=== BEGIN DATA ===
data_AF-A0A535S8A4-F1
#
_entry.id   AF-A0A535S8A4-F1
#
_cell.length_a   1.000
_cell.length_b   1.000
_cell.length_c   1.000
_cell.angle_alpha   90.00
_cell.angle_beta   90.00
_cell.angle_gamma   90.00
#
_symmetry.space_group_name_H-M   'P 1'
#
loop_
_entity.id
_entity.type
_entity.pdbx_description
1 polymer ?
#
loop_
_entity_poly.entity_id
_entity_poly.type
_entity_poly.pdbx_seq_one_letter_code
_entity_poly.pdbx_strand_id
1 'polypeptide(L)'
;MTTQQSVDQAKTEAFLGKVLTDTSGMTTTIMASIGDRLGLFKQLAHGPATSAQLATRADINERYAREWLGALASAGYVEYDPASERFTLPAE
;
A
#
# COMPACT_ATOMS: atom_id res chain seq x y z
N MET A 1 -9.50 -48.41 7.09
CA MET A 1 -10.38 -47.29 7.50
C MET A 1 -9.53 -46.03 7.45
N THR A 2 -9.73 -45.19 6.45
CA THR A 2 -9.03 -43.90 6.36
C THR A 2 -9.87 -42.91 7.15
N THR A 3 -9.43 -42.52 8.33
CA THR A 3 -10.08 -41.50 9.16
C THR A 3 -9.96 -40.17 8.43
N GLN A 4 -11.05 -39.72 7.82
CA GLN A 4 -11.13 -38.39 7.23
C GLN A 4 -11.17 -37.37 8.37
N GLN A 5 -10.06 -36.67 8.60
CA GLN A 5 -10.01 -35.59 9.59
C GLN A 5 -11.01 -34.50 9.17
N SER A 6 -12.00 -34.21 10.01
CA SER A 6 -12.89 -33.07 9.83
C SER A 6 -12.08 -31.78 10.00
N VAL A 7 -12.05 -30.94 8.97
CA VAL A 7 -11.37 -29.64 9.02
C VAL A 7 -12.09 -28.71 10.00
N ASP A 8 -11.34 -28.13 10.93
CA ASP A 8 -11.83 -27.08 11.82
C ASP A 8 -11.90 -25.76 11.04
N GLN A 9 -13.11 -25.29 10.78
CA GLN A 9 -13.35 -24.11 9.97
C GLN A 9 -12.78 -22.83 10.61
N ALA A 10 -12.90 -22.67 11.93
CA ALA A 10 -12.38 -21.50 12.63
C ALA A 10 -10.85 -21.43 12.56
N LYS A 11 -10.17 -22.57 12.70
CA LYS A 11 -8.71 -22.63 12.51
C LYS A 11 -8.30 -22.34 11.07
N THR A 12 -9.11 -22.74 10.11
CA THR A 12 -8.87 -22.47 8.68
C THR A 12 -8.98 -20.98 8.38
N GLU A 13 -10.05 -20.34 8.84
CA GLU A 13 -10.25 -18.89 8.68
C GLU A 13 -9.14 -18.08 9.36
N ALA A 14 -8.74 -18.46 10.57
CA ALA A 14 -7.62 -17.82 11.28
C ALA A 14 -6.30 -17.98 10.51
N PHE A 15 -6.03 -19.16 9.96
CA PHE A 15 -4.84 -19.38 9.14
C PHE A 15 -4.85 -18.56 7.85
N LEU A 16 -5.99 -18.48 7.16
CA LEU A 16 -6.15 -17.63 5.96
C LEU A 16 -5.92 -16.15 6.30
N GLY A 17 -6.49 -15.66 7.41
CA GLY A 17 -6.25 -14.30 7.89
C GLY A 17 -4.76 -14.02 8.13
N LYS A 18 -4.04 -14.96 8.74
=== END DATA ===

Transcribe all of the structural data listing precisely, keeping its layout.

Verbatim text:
data_AF-A0A535S8A4-F1
#
_entry.id   AF-A0A535S8A4-F1
#
_cell.length_a   1.000
_cell.length_b   1.000
_cell.length_c   1.000
_cell.angle_alpha   90.00
_cell.angle_beta   90.00
_cell.angle_gamma   90.00
#
_symmetry.space_group_name_H-M   'P 1'
#
loop_
_entity.id
_entity.type
_entity.pdbx_description
1 polymer ?
#
loop_
_entity_poly.entity_id
_entity_poly.type
_entity_poly.pdbx_seq_one_letter_code
_entity_poly.pdbx_strand_id
1 'polypeptide(L)'
;MTTQQSVDQAKTEAFLGKVLTDTSGMTTTIMASIGDRLGLFKQLAHGPATSAQLATRADINERYAREWLGALASAGYVEYDPASERFTLPAE
;
A
#
# COMPACT_ATOMS: atom_id res chain seq x y z
N MET A 1 -9.50 -48.41 7.09
CA MET A 1 -10.38 -47.29 7.50
C MET A 1 -9.53 -46.03 7.45
N THR A 2 -9.73 -45.19 6.45
CA THR A 2 -9.03 -43.90 6.36
C THR A 2 -9.87 -42.91 7.15
N THR A 3 -9.43 -42.52 8.33
CA THR A 3 -10.08 -41.50 9.16
C THR A 3 -9.96 -40.17 8.43
N GLN A 4 -11.05 -39.72 7.82
CA GLN A 4 -11.13 -38.39 7.23
C GLN A 4 -11.17 -37.37 8.37
N GLN A 5 -10.06 -36.67 8.60
CA GLN A 5 -10.01 -35.59 9.59
C GLN A 5 -11.01 -34.50 9.17
N SER A 6 -12.00 -34.21 10.01
CA SER A 6 -12.89 -33.07 9.83
C SER A 6 -12.08 -31.78 10.00
N VAL A 7 -12.05 -30.94 8.97
CA VAL A 7 -11.37 -29.64 9.02
C VAL A 7 -12.09 -28.71 10.00
N ASP A 8 -11.34 -28.13 10.93
CA ASP A 8 -11.83 -27.08 11.82
C ASP A 8 -11.90 -25.76 11.04
N GLN A 9 -13.11 -25.29 10.78
CA GLN A 9 -13.35 -24.11 9.97
C GLN A 9 -12.78 -22.83 10.61
N ALA A 10 -12.90 -22.67 11.93
CA ALA A 10 -12.38 -21.50 12.63
C ALA A 10 -10.85 -21.43 12.56
N LYS A 11 -10.17 -22.57 12.70
CA LYS A 11 -8.71 -22.63 12.51
C LYS A 11 -8.30 -22.34 11.07
N THR A 12 -9.11 -22.74 10.11
CA THR A 12 -8.87 -22.47 8.68
C THR A 12 -8.98 -20.98 8.38
N GLU A 13 -10.05 -20.34 8.84
CA GLU A 13 -10.25 -18.89 8.68
C GLU A 13 -9.14 -18.08 9.36
N ALA A 14 -8.74 -18.46 10.57
CA ALA A 14 -7.62 -17.82 11.28
C ALA A 14 -6.30 -17.98 10.51
N PHE A 15 -6.03 -19.16 9.96
CA PHE A 15 -4.84 -19.38 9.14
C PHE A 15 -4.85 -18.56 7.85
N LEU A 16 -5.99 -18.48 7.16
CA LEU A 16 -6.15 -17.63 5.96
C LEU A 16 -5.92 -16.15 6.30
N GLY A 17 -6.49 -15.66 7.41
CA GLY A 17 -6.25 -14.30 7.89
C GLY A 17 -4.76 -14.02 8.13
N LYS A 18 -4.04 -14.96 8.74